• What's in a Name? The Politics of Latin America's Organized Crime Lexicon

    Colombian soldiers are permitted to combat GAO

    Arguing about artificial labels that help make sense of organized crime in Latin America may seem trivial. After all, the reality lurking beneath these labels -- bodies riddled with bullets, bank accounts stuffed with cash, and enough cocaine to sink a submarine -- is so tangible, so immediate for the people wrapped up in its unceasing vortex. But the terms and phrases used about by governments and news outlets carry their own type of power. They help shape public opinion, domestic security policies, and the legal limitations of international actors. As organized crime in the region adapts to new realities on the ground, it's imperative that our lexicon for it does so as well.

  • Colombia’s Urabeños Recruiting Dissidents from FARC Peace Process

    Colombia’s Attorney General Néstor Humberto Martínez

    Recent reports warn that one of Colombia's biggest criminal groups may be recruiting dissident guerrilla fighters, another indication that new actors are moving in on criminal operations formerly controlled by the guerrillas.

  • GameChangers 2016: Illegal Mining and Continuing Criminal Diversification

    Illegal mining has destroyed virgin jungle

    Latin America witnessed a criminal boom in illegal mining in 2016, and a rise of complementary illicit activities, as organized crime recognized the potential of illegal gold can rival the cocaine trade.

  • Venezuela’s Withdrawal of Bolivar Bill Promises to Benefit Organized Crime

    A man counting a stack of 100 bolivars bills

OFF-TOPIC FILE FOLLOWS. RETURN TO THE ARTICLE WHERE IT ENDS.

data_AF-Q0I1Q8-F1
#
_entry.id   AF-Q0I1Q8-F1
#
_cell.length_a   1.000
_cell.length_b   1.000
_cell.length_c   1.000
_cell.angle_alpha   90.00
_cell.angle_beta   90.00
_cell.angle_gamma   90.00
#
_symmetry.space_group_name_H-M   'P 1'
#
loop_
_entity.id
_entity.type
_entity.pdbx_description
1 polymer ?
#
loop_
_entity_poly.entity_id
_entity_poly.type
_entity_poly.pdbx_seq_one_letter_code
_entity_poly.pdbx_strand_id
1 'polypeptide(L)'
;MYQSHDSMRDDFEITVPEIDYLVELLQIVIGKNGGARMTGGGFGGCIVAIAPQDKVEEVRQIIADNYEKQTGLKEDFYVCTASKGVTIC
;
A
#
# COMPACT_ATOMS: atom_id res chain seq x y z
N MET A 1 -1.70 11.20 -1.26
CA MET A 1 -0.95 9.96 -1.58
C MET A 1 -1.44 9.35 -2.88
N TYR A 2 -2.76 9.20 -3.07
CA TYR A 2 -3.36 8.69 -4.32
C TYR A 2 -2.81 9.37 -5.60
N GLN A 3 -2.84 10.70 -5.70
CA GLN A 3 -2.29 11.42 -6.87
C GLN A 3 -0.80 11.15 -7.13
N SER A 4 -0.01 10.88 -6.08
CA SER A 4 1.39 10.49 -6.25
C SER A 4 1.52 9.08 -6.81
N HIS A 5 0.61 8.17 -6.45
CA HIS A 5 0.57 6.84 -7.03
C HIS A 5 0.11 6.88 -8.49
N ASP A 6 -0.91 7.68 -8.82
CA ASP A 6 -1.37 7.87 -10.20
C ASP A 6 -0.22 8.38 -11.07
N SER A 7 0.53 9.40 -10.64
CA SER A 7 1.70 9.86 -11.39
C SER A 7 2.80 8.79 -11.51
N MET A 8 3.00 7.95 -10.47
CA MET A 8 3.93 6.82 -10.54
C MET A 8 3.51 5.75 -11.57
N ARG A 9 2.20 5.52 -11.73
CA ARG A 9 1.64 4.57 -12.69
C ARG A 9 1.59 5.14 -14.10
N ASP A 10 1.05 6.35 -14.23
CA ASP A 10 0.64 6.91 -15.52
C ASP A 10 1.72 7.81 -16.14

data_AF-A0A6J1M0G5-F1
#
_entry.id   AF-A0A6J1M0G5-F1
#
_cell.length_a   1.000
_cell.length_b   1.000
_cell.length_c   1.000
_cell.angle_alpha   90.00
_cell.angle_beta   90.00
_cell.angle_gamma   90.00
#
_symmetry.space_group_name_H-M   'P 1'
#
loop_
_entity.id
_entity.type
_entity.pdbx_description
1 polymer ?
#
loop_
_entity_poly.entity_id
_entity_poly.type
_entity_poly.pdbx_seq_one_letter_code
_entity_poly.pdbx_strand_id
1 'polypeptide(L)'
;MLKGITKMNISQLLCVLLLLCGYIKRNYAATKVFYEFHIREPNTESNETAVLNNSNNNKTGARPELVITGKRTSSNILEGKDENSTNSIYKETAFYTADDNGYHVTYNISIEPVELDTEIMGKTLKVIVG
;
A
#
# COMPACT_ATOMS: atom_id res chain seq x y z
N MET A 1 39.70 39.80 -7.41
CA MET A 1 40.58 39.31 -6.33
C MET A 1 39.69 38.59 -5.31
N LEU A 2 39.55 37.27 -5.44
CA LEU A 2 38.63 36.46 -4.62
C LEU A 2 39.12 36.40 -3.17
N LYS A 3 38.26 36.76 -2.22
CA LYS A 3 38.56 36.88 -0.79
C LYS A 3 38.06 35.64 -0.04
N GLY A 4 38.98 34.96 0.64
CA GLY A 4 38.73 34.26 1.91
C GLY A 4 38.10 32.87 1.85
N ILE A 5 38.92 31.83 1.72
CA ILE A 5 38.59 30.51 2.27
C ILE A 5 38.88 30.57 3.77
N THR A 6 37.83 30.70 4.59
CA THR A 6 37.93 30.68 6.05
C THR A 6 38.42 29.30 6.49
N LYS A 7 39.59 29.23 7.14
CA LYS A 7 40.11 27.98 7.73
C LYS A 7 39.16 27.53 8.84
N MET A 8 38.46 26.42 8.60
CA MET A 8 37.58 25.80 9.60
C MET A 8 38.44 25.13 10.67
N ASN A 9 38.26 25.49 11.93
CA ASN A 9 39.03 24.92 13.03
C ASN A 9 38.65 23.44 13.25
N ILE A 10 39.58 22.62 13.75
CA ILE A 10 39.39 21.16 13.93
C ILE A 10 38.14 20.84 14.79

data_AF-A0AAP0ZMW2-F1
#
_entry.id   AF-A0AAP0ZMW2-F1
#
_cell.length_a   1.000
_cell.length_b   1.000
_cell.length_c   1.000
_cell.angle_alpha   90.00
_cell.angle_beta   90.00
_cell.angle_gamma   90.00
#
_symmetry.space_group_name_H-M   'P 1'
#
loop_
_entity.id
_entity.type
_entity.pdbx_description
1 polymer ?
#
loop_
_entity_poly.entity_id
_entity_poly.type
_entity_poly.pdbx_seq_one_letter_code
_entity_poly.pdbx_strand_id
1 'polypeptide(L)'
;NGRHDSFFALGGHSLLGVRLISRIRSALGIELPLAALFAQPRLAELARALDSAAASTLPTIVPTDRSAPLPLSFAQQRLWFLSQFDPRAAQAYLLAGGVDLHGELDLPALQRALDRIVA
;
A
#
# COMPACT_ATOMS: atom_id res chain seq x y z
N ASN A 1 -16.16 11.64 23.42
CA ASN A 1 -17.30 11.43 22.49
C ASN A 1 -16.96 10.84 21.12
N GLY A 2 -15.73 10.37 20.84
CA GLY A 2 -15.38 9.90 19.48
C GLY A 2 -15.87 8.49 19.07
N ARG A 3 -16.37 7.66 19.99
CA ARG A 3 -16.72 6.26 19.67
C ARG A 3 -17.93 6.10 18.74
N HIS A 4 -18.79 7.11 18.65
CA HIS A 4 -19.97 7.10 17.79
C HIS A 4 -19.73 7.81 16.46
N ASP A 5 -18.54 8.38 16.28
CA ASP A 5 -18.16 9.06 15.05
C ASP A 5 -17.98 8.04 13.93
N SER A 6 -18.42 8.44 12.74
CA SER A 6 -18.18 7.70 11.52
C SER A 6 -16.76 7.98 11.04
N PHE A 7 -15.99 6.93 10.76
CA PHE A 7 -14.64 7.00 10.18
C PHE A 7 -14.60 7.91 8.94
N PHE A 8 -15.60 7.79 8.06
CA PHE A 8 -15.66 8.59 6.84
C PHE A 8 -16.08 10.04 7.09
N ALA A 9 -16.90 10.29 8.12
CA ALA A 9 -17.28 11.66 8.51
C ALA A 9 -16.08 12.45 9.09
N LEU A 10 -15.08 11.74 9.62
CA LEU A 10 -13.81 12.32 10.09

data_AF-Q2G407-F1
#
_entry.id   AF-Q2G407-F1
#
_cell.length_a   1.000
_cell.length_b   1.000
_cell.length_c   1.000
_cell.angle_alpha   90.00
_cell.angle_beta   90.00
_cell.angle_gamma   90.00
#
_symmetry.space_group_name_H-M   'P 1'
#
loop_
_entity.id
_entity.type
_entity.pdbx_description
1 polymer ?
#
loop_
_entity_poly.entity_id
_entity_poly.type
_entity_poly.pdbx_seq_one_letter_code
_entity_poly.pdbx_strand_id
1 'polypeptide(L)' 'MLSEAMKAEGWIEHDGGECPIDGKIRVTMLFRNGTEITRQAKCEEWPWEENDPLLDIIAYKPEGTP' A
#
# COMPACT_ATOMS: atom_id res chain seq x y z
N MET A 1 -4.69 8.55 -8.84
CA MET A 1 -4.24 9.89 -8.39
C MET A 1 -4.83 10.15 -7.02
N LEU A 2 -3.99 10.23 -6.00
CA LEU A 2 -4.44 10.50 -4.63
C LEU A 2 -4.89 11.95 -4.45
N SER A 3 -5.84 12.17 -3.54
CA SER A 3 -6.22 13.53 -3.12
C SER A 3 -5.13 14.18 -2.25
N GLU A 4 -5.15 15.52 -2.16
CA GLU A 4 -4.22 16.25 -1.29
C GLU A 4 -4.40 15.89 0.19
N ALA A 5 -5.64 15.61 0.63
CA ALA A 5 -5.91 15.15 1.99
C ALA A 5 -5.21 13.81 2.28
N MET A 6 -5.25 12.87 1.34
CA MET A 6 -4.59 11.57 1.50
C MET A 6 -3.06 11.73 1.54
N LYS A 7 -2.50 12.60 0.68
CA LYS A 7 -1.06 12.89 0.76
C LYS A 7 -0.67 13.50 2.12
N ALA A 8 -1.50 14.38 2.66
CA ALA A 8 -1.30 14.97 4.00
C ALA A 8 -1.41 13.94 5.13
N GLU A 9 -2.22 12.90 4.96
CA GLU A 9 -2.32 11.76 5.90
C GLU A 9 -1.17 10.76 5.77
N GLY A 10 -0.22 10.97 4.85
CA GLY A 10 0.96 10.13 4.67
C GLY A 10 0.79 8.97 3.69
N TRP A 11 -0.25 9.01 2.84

President Nicolas Maduro has justified the withdrawal of Venezuela's 100 bolivar note as a means of undercutting criminal earnings, but past examples suggest that criminal groups will actually profit from the move and the related border closure with Colombia.

  • Colombia's 'No' Vote Leaves FARC in Dangerous Limbo

    FARC commander-in-chief, Rodrigo Londoño Echeverri, alias "Timochenko"

    At the very least, the October 2 "No" vote in the plebiscite on Colombia's peace accord opens the process between the government and the region's oldest insurgency to a series of modifications. At most, it could result in a complete collapse of negotiations and a return to full-scale war.

  • Shifting Criminal Alliances Could Complicate FARC Concentration Zones

    Member of an unidentified armed group in Colombia

    Evolving relationships with criminal and paramilitary actors in several areas of Colombia could complicate efforts to establish concentration zones intended to facilitate the demobilization of the country's largest guerrilla group as a historic peace process continues to unfold.

  • Police, Social Action Credited with Taming Deadly Colombia City

    Palmira, Colombia

    The violence plagued city of Palmira saw 46 percent fewer homicides in the first six months of 2016 than in the same period a year earlier, a sign that new security measures are gaining traction in one of Colombia’s most troubled regions.

  • BACRIM: Winner or Loser in Colombia Peace Deal?

    Chart of the Urabeños criminal structure

    Colombia's organized crime groups are preparing to take over FARC-held territory once the rebel group withdraws from a decades-long conflict, but the country's looming peace deal is not a wholly positive development for these criminal organizations. 

  • Massive Bust Shows Italian Mafia Role in LatAm Drug Trade

    Cocaine seized during Operation Two Seas

    Colombian, Italian and US authorities collaborated in a massive round-up of nearly 150 suspected members of a multicontinental drug trafficking ring, highlighting the deep links between Italian criminal organizations and Latin America's drug trade.

  • The Peace Agreement and Colombia’s Criminal Dynamics

    President Santos and FARC leader 'Timochenko' with the signed agreement

    The Colombian government and rebels of the FARC laid out their plans for a definitive ceasefire and concentration of guerrilla fighters in an historic event in Havana, Cuba. But nothing goes into effect until the final peace agreement is signed, and there is still no plan to address the criminal earnings that sustain the rebel movement.